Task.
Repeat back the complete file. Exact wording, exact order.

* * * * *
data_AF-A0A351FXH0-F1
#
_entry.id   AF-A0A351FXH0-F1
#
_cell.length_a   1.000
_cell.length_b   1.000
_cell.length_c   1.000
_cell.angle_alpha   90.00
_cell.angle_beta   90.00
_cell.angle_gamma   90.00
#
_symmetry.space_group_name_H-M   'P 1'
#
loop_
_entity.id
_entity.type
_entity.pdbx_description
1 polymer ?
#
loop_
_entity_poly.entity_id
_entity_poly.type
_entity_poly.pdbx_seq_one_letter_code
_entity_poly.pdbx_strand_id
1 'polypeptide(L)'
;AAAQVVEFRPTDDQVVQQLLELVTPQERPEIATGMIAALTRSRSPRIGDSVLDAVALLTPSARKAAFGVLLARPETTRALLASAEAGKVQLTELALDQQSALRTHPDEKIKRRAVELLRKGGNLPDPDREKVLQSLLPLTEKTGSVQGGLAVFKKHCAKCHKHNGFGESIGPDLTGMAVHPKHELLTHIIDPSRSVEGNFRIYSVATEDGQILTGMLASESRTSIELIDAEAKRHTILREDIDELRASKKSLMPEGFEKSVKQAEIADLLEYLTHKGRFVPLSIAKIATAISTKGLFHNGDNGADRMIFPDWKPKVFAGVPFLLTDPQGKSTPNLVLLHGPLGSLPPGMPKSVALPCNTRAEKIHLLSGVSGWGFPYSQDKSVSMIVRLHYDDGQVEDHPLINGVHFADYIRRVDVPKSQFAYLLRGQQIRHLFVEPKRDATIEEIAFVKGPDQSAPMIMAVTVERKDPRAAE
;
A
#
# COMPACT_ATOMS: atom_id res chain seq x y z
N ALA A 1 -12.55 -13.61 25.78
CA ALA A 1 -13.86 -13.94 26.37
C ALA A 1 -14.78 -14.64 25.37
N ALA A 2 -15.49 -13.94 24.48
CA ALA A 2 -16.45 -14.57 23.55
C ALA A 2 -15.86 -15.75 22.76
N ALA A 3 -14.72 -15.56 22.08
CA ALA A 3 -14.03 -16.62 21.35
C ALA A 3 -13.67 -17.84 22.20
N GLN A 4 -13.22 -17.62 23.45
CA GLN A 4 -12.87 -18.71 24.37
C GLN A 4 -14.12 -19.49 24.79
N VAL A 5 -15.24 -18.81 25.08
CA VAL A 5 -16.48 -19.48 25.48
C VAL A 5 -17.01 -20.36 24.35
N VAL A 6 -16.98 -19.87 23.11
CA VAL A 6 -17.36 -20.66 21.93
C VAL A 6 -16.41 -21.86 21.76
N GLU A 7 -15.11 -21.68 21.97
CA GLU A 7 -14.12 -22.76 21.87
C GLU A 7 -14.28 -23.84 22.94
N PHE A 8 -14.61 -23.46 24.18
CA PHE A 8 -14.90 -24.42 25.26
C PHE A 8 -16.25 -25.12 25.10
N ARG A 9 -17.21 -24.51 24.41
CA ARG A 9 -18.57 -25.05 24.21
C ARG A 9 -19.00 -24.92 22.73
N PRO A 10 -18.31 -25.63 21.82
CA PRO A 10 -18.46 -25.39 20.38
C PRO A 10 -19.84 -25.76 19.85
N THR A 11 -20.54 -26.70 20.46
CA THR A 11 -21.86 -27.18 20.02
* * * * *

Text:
data_AF-A0A351FXH0-F1
#
_entry.id   AF-A0A351FXH0-F1
#
_cell.length_a   1.000
_cell.length_b   1.000
_cell.length_c   1.000
_cell.angle_alpha   90.00
_cell.angle_beta   90.00
_cell.angle_gamma   90.00
#
_symmetry.space_group_name_H-M   'P 1'
#
loop_
_entity.id
_entity.type
_entity.pdbx_description
1 polymer ?
#
loop_
_entity_poly.entity_id
_entity_poly.type
_entity_poly.pdbx_seq_one_letter_code
_entity_poly.pdbx_strand_id
1 'polypeptide(L)'
;AAAQVVEFRPTDDQVVQQLLELVTPQERPEIATGMIAALTRSRSPRIGDSVLDAVALLTPSARKAAFGVLLARPETTRALLASAEAGKVQLTELALDQQSALRTHPDEKIKRRAVELLRKGGNLPDPDREKVLQSLLPLTEKTGSVQGGLAVFKKHCAKCHKHNGFGESIGPDLTGMAVHPKHELLTHIIDPSRSVEGNFRIYSVATEDGQILTGMLASESRTSIELIDAEAKRHTILREDIDELRASKKSLMPEGFEKSVKQAEIADLLEYLTHKGRFVPLSIAKIATAISTKGLFHNGDNGADRMIFPDWKPKVFAGVPFLLTDPQGKSTPNLVLLHGPLGSLPPGMPKSVALPCNTRAEKIHLLSGVSGWGFPYSQDKSVSMIVRLHYDDGQVEDHPLINGVHFADYIRRVDVPKSQFAYLLRGQQIRHLFVEPKRDATIEEIAFVKGPDQSAPMIMAVTVERKDPRAAE
;
A
#
# COMPACT_ATOMS: atom_id res chain seq x y z
N ALA A 1 -12.55 -13.61 25.78
CA ALA A 1 -13.86 -13.94 26.37
C ALA A 1 -14.78 -14.64 25.37
N ALA A 2 -15.49 -13.94 24.48
CA ALA A 2 -16.45 -14.57 23.55
C ALA A 2 -15.86 -15.75 22.76
N ALA A 3 -14.72 -15.56 22.08
CA ALA A 3 -14.03 -16.62 21.35
C ALA A 3 -13.67 -17.84 22.20
N GLN A 4 -13.22 -17.62 23.45
CA GLN A 4 -12.87 -18.71 24.37
C GLN A 4 -14.12 -19.49 24.79
N VAL A 5 -15.24 -18.81 25.08
CA VAL A 5 -16.48 -19.48 25.48
C VAL A 5 -17.01 -20.36 24.35
N VAL A 6 -16.98 -19.87 23.11
CA VAL A 6 -17.36 -20.66 21.93
C VAL A 6 -16.41 -21.86 21.76
N GLU A 7 -15.11 -21.68 21.97
CA GLU A 7 -14.12 -22.76 21.87
C GLU A 7 -14.28 -23.84 22.94
N PHE A 8 -14.61 -23.46 24.18
CA PHE A 8 -14.90 -24.42 25.26
C PHE A 8 -16.25 -25.12 25.10
N ARG A 9 -17.21 -24.51 24.41
CA ARG A 9 -18.57 -25.05 24.21
C ARG A 9 -19.00 -24.92 22.73
N PRO A 10 -18.31 -25.63 21.82
CA PRO A 10 -18.46 -25.39 20.38
C PRO A 10 -19.84 -25.76 19.85
N THR A 11 -20.54 -26.70 20.46
CA THR A 11 -21.86 -27.18 20.02